The Fed is worried about PCE Core Services ex-Housing (CSXHP) because it sees this category as the least likely to see disinflationary progress owing to wage pressures. However—as we have pointed out—CSXHP is composed of a number of components that are primarily sensitive to things other than wages. Today, we’re going to look at a sector that has contributed an outsize amount to CSXHP’s deviation from consistency with a 2% run rate: airfares.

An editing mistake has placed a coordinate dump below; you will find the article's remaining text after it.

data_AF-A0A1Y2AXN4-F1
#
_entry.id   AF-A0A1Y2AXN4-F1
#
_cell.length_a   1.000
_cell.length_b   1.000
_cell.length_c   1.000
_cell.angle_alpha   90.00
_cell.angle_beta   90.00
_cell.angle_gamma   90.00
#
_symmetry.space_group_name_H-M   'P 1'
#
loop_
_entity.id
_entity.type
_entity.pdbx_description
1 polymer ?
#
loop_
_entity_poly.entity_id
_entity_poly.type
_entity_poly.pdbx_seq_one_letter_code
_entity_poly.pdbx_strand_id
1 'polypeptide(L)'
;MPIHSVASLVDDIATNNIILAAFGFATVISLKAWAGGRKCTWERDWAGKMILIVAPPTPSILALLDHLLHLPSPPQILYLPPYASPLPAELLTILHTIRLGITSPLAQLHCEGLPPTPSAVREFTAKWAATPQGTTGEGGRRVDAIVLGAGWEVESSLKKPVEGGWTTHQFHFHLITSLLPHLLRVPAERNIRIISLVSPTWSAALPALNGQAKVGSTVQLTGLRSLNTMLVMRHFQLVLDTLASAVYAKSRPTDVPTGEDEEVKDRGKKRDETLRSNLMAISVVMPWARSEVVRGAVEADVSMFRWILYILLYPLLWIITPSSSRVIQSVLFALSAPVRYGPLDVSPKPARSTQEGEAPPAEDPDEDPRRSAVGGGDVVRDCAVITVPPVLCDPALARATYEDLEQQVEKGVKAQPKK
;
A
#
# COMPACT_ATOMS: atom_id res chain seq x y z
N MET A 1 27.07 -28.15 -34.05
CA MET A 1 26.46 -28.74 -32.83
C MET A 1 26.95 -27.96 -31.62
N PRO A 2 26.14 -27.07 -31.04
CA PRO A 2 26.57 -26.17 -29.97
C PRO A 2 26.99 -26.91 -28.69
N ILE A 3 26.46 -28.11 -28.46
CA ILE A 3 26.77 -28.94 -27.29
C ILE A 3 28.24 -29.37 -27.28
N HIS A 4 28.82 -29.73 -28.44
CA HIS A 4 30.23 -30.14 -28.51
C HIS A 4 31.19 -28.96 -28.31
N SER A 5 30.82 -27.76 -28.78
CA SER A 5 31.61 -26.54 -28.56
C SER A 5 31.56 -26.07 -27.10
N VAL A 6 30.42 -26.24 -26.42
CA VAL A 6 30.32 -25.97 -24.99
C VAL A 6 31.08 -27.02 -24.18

Airfares make up 75% of Transportation Services and 3% of the overall CSXHP aggregate. There are good reasons to expect strong demand to continue—at least globally due to still-nascent reopening processes in Asia and “revenge” catch-up air travel domestically. Airlines clearly anticipate this demand, as aircraft capex has boomed in recent months. On the supply side though, it’s not clear that wages are the source of higher prices, as the Fed’s approach assumes by implication.
Historically, the cost of airfares are driven by the most volatile component of airlines’ total cost structure: jet fuel.